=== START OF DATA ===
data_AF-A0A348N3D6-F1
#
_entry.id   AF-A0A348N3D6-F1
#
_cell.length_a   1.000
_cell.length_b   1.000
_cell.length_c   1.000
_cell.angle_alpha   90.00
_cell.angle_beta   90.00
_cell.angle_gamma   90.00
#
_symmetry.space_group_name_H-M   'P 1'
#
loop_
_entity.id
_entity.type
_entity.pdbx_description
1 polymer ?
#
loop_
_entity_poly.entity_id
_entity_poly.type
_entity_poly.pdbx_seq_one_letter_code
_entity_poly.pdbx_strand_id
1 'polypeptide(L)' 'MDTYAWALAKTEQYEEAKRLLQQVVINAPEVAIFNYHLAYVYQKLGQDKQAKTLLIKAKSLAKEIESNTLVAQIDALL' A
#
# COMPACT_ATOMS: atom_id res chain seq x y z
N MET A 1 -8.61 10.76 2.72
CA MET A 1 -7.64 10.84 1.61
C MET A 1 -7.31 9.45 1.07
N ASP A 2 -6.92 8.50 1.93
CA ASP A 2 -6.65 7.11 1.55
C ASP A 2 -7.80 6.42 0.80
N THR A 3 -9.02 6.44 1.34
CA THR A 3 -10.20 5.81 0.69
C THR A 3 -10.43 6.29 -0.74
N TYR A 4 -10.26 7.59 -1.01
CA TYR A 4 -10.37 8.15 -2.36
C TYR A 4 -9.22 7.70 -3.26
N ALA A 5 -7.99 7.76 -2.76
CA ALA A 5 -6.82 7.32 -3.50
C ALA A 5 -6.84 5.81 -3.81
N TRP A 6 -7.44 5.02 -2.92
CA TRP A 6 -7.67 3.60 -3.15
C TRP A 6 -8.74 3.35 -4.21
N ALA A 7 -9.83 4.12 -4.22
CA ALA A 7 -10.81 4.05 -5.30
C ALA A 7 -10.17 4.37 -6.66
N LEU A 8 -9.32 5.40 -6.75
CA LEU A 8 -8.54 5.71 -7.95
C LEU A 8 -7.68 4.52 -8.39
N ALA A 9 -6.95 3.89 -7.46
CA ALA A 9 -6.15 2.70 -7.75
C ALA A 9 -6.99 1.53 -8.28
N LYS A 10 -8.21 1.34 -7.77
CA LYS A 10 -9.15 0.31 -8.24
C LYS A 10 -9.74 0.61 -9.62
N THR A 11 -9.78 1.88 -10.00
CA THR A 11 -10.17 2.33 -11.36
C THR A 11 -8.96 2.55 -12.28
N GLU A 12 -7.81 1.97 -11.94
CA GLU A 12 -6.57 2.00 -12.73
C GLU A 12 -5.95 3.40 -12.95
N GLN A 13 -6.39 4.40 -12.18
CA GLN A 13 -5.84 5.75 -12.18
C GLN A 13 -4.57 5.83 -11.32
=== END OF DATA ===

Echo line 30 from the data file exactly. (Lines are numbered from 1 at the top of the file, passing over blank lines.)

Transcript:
C MET A 1 -7.31 9.45 1.07